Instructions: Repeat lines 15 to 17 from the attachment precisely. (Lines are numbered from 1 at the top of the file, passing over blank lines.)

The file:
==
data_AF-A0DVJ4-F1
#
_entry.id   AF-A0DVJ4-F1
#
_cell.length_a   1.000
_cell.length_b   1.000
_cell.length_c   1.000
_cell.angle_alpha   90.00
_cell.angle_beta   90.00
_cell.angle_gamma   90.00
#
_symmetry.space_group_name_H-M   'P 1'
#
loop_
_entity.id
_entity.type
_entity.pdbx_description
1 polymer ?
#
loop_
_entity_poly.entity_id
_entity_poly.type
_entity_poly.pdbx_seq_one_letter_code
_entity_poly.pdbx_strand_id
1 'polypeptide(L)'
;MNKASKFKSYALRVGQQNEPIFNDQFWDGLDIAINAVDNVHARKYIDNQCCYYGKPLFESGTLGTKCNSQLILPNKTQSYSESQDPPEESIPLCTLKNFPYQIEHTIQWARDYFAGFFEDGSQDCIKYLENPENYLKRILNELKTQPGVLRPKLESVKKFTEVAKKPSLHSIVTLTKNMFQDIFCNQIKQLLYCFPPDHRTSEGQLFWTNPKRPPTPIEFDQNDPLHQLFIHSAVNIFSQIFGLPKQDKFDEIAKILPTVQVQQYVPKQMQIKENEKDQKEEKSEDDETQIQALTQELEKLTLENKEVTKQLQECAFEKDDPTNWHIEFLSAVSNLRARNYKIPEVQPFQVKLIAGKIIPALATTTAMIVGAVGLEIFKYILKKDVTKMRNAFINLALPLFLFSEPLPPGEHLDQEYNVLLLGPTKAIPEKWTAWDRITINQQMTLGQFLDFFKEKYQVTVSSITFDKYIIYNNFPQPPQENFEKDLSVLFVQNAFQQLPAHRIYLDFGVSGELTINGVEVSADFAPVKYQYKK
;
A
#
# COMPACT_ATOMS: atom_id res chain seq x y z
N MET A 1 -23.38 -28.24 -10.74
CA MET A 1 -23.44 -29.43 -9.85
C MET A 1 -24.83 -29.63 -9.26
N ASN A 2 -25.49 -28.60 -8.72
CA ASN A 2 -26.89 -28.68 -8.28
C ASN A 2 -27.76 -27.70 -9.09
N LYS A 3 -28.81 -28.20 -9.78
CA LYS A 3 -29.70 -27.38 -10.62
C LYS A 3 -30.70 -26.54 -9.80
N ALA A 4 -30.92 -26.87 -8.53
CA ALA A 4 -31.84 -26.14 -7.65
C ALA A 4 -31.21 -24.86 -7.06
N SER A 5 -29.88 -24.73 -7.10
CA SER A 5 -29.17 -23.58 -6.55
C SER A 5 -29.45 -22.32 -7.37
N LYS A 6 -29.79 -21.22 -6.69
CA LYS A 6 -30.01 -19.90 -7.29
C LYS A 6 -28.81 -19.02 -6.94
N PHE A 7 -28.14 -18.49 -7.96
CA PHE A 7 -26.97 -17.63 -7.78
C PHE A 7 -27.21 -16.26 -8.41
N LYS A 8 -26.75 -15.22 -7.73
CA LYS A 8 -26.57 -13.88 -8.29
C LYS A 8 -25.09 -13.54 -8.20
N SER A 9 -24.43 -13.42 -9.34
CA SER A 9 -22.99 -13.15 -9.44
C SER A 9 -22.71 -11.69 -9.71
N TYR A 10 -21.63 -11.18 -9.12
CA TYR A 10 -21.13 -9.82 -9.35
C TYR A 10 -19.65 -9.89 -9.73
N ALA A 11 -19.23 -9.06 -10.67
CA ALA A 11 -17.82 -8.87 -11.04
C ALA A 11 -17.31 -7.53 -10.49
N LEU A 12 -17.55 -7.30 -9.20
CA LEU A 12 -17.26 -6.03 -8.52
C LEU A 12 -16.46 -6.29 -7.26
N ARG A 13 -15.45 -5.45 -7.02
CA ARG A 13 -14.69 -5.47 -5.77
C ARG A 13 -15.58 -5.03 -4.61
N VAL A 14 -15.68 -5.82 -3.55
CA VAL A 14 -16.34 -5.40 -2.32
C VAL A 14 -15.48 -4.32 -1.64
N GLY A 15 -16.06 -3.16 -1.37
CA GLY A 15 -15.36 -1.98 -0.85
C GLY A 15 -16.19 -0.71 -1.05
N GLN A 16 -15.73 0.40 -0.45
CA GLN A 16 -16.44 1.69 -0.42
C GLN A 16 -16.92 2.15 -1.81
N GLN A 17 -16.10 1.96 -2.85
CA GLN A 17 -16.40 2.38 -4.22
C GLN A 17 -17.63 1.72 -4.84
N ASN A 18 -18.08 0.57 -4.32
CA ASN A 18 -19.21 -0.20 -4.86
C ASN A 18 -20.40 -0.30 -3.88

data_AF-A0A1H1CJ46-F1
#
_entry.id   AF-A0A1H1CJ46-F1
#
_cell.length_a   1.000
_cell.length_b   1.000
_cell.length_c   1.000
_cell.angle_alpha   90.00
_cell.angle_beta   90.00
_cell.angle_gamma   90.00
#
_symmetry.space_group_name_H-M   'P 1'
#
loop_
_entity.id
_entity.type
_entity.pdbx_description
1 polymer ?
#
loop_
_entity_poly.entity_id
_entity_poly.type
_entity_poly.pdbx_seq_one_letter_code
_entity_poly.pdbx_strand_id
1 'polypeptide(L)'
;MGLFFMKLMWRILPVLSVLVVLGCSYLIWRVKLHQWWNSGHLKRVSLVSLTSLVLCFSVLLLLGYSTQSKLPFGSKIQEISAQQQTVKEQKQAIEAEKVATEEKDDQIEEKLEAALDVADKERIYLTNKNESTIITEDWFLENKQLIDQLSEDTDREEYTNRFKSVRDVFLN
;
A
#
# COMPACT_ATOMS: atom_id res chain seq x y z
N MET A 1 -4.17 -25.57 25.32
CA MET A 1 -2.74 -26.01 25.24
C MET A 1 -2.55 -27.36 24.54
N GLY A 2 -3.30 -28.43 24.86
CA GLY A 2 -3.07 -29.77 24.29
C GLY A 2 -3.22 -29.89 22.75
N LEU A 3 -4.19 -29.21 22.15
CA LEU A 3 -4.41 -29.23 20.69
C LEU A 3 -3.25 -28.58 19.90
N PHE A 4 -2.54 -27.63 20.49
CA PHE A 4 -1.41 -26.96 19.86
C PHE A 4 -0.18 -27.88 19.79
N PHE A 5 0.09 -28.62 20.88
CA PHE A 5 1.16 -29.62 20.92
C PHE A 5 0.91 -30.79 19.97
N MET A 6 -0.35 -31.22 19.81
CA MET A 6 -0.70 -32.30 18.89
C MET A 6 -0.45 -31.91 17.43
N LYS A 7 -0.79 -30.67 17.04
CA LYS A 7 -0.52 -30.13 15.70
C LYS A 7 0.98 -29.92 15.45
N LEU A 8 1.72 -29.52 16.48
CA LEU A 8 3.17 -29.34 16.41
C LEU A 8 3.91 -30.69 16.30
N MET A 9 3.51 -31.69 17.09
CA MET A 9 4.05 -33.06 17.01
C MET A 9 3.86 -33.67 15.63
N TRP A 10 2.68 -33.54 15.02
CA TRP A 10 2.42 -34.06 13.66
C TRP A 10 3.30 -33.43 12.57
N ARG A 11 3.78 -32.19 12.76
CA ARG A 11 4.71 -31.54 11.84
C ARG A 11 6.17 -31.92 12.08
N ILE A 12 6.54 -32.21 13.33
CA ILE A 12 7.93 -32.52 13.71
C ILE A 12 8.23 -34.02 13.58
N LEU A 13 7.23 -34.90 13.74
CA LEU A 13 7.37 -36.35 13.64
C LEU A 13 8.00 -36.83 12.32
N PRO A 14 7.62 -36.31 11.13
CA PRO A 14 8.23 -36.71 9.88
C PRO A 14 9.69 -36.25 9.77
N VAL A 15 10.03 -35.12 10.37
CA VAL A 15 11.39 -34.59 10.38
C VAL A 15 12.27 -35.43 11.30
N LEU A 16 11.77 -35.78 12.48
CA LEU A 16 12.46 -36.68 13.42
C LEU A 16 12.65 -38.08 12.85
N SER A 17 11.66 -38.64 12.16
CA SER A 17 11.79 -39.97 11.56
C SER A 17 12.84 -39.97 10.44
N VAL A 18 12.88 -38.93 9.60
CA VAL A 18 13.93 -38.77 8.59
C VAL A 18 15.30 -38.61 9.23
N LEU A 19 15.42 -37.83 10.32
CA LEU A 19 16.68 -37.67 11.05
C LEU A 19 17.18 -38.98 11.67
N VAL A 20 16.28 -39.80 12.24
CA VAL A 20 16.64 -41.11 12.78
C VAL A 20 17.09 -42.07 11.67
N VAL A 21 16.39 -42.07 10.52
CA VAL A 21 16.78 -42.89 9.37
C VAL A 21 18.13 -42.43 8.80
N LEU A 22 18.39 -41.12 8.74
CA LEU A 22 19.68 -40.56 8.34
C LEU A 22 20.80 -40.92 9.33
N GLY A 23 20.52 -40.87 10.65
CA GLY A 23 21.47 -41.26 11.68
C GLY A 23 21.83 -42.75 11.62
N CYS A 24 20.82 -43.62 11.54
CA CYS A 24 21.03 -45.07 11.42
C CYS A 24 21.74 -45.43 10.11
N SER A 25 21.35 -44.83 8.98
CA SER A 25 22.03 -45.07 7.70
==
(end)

_entity.id
_entity.type
_entity.pdbx_description